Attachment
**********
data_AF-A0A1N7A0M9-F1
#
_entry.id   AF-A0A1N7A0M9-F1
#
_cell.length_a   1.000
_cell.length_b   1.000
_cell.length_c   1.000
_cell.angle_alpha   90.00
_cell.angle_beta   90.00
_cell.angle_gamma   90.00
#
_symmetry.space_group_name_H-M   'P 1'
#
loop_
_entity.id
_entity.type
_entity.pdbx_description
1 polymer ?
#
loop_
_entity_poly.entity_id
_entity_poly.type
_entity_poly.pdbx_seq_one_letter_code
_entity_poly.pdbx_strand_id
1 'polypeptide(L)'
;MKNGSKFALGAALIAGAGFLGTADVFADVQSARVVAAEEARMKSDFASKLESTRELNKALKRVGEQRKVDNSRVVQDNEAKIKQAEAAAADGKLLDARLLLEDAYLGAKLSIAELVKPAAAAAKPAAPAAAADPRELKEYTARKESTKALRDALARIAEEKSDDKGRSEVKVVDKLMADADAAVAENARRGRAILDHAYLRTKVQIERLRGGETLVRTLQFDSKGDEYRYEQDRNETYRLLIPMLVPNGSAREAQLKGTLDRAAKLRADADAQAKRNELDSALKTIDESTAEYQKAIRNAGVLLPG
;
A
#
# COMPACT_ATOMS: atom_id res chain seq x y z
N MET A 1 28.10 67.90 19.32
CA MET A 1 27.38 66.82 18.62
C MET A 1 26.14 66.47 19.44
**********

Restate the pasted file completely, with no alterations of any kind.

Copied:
data_AF-A0A1N7A0M9-F1
#
_entry.id   AF-A0A1N7A0M9-F1
#
_cell.length_a   1.000
_cell.length_b   1.000
_cell.length_c   1.000
_cell.angle_alpha   90.00
_cell.angle_beta   90.00
_cell.angle_gamma   90.00
#
_symmetry.space_group_name_H-M   'P 1'
#
loop_
_entity.id
_entity.type
_entity.pdbx_description
1 polymer ?
#
loop_
_entity_poly.entity_id
_entity_poly.type
_entity_poly.pdbx_seq_one_letter_code
_entity_poly.pdbx_strand_id
1 'polypeptide(L)'
;MKNGSKFALGAALIAGAGFLGTADVFADVQSARVVAAEEARMKSDFASKLESTRELNKALKRVGEQRKVDNSRVVQDNEAKIKQAEAAAADGKLLDARLLLEDAYLGAKLSIAELVKPAAAAAKPAAPAAAADPRELKEYTARKESTKALRDALARIAEEKSDDKGRSEVKVVDKLMADADAAVAENARRGRAILDHAYLRTKVQIERLRGGETLVRTLQFDSKGDEYRYEQDRNETYRLLIPMLVPNGSAREAQLKGTLDRAAKLRADADAQAKRNELDSALKTIDESTAEYQKAIRNAGVLLPG
;
A
#
# COMPACT_ATOMS: atom_id res chain seq x y z
N MET A 1 28.10 67.90 19.32
CA MET A 1 27.38 66.82 18.62
C MET A 1 26.14 66.47 19.44